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Back to the Wall

The little girl decided she would go every day to the Kosel for 40 days and daven for a yeshuah for someone


As the number of infections grew, the Israeli government felt their only recourse was a near-total shutdown. For the first time in the peacetime history of the country, schools were closed.

The chadarim responded in various ways. There was no choice, however, for the girls of Bais Yaakov. With small classrooms and class sizes sometimes topping 40 talmidos, the Bais Yaakovs were forced to suspend all classes.

For one young fifth-grader, who loves learning and davening, the inability to be in Bais Yaakov was painful. The girl, who resides in the Old City, is precocious and curious, and the lack of spiritual nourishment was causing boredom.

At the peak of the shutdown, even the Kosel had minimal access for the general public. For the Jewish residents of the Old City, however, no limitations existed.

Given that she had unfettered entry to the Kosel, her father suggested that she take advantage of her carte blanche access to the Makom Hamikdash and daven for those denied such a privilege.

The young girl embraced the idea and sought out a specific goal for her tefillos. She realized how fortunate she was to be able to daven daily at a place where so many Jews all over the world yearned to daven. Someone mentioned to her the potency of davening at the Kosel for 40 days straight. The little girl decided she would go every day to the Kosel for 40 days and daven for a yeshuah for someone.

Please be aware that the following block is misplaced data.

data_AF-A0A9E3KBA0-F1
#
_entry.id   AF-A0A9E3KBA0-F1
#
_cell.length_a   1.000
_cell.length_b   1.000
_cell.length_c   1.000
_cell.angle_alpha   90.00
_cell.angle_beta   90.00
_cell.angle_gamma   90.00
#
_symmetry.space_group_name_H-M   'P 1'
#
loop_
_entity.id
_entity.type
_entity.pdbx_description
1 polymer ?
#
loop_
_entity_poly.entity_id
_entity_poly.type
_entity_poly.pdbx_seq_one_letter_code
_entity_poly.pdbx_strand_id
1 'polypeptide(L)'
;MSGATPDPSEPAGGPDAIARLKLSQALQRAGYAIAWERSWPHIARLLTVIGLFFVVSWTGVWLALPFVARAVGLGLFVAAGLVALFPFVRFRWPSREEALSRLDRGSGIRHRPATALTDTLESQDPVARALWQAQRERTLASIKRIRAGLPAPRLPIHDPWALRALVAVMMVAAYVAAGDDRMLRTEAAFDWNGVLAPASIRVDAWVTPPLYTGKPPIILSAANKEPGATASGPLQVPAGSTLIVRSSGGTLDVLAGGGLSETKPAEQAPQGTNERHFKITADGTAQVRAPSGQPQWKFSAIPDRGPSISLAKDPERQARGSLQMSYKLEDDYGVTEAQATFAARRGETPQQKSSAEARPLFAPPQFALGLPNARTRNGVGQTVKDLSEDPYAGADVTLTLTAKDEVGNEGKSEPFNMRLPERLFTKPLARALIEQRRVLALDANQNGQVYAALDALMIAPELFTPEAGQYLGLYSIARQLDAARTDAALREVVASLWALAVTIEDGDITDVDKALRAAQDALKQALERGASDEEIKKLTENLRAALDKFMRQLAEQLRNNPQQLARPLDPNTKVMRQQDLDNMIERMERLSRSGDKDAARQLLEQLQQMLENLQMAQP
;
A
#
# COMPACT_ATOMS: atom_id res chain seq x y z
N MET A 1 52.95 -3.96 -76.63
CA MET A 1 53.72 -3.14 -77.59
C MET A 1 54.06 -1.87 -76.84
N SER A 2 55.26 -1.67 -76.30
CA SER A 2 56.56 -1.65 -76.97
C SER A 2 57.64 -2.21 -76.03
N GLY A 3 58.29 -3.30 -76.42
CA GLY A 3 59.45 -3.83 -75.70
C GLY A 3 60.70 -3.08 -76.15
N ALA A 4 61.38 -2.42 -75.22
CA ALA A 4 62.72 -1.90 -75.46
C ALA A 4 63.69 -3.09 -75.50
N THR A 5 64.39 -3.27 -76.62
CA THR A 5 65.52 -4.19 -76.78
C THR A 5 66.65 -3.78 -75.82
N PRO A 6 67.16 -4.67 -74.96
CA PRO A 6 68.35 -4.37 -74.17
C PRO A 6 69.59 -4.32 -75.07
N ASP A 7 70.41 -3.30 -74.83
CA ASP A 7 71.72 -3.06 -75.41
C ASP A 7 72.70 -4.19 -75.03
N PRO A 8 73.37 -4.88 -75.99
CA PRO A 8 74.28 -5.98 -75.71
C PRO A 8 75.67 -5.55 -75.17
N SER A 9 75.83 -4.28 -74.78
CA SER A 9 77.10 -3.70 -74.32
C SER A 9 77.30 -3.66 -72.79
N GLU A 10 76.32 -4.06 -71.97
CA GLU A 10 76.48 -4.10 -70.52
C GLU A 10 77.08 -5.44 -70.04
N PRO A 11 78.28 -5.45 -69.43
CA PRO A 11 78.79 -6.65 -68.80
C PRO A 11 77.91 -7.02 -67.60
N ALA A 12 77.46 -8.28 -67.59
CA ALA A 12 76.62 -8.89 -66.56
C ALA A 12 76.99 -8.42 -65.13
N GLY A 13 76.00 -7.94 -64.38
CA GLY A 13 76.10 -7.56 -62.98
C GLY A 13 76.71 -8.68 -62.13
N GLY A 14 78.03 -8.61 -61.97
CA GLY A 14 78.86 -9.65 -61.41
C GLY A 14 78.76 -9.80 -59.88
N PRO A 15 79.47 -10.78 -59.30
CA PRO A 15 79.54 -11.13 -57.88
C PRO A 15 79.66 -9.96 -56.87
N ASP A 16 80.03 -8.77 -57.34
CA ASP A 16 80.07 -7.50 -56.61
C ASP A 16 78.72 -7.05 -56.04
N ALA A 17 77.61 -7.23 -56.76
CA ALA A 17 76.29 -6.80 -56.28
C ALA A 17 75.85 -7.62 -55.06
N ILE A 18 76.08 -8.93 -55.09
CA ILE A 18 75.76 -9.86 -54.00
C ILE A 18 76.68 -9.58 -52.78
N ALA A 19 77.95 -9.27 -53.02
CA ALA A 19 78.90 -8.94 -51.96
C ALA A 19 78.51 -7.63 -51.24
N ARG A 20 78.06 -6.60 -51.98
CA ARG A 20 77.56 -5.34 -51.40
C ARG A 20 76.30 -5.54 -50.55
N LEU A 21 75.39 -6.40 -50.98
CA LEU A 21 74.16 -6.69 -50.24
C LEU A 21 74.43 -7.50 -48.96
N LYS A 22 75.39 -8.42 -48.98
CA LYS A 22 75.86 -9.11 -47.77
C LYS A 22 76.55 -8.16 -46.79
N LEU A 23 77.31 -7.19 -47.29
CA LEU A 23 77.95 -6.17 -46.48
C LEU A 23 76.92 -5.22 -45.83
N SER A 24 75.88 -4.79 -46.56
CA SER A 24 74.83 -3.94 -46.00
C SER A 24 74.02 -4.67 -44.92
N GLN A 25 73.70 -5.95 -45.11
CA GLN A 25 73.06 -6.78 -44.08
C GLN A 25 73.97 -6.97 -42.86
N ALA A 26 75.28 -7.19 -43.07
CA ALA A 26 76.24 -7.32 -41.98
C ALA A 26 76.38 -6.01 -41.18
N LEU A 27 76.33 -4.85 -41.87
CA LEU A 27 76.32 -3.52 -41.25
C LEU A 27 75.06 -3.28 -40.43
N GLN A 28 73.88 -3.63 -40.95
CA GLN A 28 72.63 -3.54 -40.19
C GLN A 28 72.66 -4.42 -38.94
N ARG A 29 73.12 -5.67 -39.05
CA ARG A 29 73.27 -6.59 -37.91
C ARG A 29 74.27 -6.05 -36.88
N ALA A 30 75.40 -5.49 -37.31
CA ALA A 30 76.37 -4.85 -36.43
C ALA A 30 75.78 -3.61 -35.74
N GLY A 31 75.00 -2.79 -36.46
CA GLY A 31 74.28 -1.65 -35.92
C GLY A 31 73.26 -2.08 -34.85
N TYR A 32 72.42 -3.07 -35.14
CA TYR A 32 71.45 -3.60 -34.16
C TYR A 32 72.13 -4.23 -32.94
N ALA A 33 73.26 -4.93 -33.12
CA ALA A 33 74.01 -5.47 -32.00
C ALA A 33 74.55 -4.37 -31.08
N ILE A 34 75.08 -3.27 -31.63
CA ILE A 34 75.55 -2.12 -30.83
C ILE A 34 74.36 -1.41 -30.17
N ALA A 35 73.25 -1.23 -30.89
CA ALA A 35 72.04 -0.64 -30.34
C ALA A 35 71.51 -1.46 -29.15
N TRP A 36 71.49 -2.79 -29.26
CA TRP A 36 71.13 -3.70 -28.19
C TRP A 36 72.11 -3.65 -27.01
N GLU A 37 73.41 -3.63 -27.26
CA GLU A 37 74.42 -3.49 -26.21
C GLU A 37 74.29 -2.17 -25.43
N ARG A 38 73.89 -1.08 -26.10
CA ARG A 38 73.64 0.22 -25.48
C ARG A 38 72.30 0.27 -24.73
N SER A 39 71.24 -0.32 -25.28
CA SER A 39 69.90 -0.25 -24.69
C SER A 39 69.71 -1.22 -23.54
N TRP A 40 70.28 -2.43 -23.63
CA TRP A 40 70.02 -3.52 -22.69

Our little davener began her trek down to the Wall a week after Pesach. Outfitted with her own siddur, Tehillim, and Techinos, the little girl joined her father at sunrise and they headed to the Kosel together.

Each day her father would return home after 45 minutes. But our 11-year-old davener would stay at the Kosel for up to two hours, slowly davening and even more slowly, saying Tehillim. She would carefully enunciate each and every word, and often tears streamed down her face as the words of Dovid Hamelech penetrated her heart and moved her to tears. Her goal was to finish Tehillim twice by Shavuos.

Nothing could deter her. Her determination and her stamina were the stuff legends are made of. She became a fixture at the Kosel, and all the old women who gather at the Kosel at sunrise would wait for the little red-haired girl and save her a choice seat by the Wall. The guards at the entrance to the Kosel Plaza addressed her by name as they said good morning. And even when the temperature hovered at 100 degrees by Shavuos, she remained steadfast in her mission.

Who can predict and understand the ways of the Ultimate Planner? Who can say with assurance which mitzvah tipped the scales for the yeshuah to occur?

I certainly cannot. I can only marvel at His ways and leave the computations for those greater than I.

As our protagonist neared the end of her 40-day commitment, the Master yeshuah-maker was planting the seeds.

When Shavuos came and went, our young Tehillim davener rededicated herself with even greater zeal to her tefillos, techinos, and Tehillim.

His ways are hidden; however, as the fervent pitch of the Tehillim increased throughout the summer months, flowers were blossoming six thousand miles away.

Two weeks before Rosh Hashanah, the family from Los Angeles celebrated their personal yeshuah.

Many great people had said many tefillos, and many brachos were given by holy tzaddikim, and no doubt they were heard by He Who hears all.

Yet, something tells me it was the pristine and pure tefillos of an 11-year-old Bais Yaakov girl who lives in the shadow of Hashem’s home that tipped the scales and brought about the yeshuah.

I admit I am biased, as the little girl is my granddaughter Shira.

Simchahs by all.


(Originally featured in Mishpacha, Issue 841)

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